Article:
“Can one of you young’uns show me how to use this newfangled thing?” my great-great-grandfather asked as he picked up the receiver on the phone down at the country store, in much the same tone of voice I use when asking my son to show me how to enable some feature on my phone. Phones changed a lot. They are still changing. They have changed so much that instead of merely being a tool I use for my convenience, it has become a tool others use to conveniently manage me. My phone tells others my business. I likely will soon decide that the electroverse is not worthy of my time, especially as the electroverse becomes more invasive.
“The world is changing and not for the better,” I just said to myself.
Except for modern medicine…Modern medicine is miraculous, especially if you have actually been helped by it. Its track record is one of steady progress except for the unchanging statistic of the death rate. 100% of those now living can expect to die in spite of modern medicine. I am not debunking modern medicine…I am still alive because of it, but, as I have said many times, there has never been anything other than modern medicine. Modern medicine, though, has become as complicated as the occidental mind learning to read Chinese.
Speaking of occidental, when did the word “oriental” become a slur? If “oriental” is a slur, then should I feel slighted if someone refers to me as “occidental?” Is “occidental” a slur, too. If not, then why not? If so, then when did it become so? Marco Polo toured the orient. He also toured Asia at the same time. You might refer to him in some of his adventures as the accidental occidental.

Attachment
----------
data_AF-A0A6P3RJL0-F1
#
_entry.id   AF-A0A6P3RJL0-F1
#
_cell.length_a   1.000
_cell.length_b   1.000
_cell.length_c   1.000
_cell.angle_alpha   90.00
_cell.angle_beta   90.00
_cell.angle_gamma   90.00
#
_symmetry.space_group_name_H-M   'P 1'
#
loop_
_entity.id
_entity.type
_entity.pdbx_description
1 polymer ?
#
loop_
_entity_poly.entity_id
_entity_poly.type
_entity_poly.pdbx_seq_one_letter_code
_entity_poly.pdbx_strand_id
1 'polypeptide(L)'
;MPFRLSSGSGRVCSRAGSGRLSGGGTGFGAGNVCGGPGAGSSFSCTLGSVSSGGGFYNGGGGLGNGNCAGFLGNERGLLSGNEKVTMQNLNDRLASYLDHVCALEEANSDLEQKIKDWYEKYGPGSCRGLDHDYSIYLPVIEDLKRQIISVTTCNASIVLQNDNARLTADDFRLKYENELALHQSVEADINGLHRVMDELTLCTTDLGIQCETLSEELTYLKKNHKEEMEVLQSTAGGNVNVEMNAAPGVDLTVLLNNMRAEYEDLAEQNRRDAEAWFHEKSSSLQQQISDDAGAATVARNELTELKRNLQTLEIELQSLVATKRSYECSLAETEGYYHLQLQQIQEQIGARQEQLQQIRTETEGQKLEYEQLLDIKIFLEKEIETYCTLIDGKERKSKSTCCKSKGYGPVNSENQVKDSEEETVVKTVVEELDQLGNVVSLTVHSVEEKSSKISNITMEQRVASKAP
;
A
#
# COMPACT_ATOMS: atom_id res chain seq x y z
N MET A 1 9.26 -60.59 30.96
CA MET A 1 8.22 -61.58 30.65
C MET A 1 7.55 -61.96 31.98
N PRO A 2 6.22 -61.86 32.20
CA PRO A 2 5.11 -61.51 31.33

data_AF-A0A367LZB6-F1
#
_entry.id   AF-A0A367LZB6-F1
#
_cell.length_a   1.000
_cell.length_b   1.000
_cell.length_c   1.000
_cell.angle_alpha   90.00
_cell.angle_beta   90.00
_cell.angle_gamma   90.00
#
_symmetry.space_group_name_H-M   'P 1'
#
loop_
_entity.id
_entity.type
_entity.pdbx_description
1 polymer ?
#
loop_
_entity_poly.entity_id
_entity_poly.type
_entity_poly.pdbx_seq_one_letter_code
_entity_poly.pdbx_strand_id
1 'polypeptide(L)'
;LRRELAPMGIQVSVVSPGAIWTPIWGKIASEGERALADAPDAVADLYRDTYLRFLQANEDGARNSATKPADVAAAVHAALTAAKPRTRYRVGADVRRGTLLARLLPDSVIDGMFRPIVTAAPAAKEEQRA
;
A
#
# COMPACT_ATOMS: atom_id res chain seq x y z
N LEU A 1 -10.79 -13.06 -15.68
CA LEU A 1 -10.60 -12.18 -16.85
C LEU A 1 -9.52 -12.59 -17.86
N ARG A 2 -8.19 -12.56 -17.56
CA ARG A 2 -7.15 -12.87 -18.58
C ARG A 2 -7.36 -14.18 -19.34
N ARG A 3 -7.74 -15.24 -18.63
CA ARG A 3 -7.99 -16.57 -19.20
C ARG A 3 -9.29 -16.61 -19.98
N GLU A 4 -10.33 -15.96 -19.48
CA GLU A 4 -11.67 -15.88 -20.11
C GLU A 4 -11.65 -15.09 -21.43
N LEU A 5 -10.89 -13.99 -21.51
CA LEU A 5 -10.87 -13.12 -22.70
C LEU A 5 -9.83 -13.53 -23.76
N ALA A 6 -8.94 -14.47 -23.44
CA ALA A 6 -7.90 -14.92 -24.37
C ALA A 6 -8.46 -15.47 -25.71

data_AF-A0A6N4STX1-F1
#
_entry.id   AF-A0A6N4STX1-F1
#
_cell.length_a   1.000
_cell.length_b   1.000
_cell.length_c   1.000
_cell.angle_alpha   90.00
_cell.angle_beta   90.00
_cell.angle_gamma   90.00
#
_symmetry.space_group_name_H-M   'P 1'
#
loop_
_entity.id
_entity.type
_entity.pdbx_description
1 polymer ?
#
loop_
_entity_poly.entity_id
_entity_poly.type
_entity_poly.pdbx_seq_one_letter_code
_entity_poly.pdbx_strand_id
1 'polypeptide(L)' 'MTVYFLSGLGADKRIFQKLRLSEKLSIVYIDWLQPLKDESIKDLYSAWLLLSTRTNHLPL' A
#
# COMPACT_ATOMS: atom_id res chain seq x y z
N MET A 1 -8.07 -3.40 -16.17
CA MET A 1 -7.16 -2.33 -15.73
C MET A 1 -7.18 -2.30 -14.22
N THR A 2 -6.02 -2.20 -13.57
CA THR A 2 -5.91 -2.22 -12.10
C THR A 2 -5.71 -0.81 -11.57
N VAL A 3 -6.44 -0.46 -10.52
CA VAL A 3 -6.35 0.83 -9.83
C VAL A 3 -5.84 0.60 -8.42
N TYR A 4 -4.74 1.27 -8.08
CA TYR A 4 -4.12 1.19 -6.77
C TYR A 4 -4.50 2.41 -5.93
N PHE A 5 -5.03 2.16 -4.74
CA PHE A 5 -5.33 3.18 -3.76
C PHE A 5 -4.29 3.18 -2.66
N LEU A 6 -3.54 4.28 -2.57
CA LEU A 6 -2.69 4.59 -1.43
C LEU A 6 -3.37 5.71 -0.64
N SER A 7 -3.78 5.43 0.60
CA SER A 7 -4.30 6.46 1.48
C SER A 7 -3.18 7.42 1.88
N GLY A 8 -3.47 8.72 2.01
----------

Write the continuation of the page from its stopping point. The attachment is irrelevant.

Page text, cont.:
Sorry, Asian friends. I do not mean to offend with “oriental.” This occidental just wonders when the world changed so that the word became pejorative.
“The world is changing and not for the better,” I just think to myself, again.
The new world is stealing my words, retiring them faster than my friends are all retiring from their work. Gender specific pronouns are being retired. Gender specific modes of address are losing steam, dissolving in a worldly solvent, a flux, a catalyst. This makes me wonder what will happen to Spanish, which has a core essence of gender specificity. Even inanimate objects are gender specific. How will Spanish change? Will it be required to? Or only the English which is my native tongue?
“I tell you, the world is changing and not for the better,” I have told myself for the last time today, or so I tell myself, kidding myself that I will not say it to myself yet again.
I long for a change that I can embrace, but am not able to find one at the moment. I suppose the change I least long for is for the dynamism of the earth to manifest itself while I am in this Memphis suburb hotel room, closer to the New Madrid fault that is good for terra firma, which can become terra-not-so-firma.
If that happens, I’ll likely not nitpick about oriental phones perplexing my occidental mind. It’ll be change I can understand, but I surely, most assuredly, will not like it one little bit.
I am going to sleep now, and dream of The Andy Griffith Show, or perhaps review any one of several Randolph Scott movies, analyzing in my dream if there was ever more than one plot.
At least Randolph Scott movies never change.
©2015 Mississippi Chris Sharp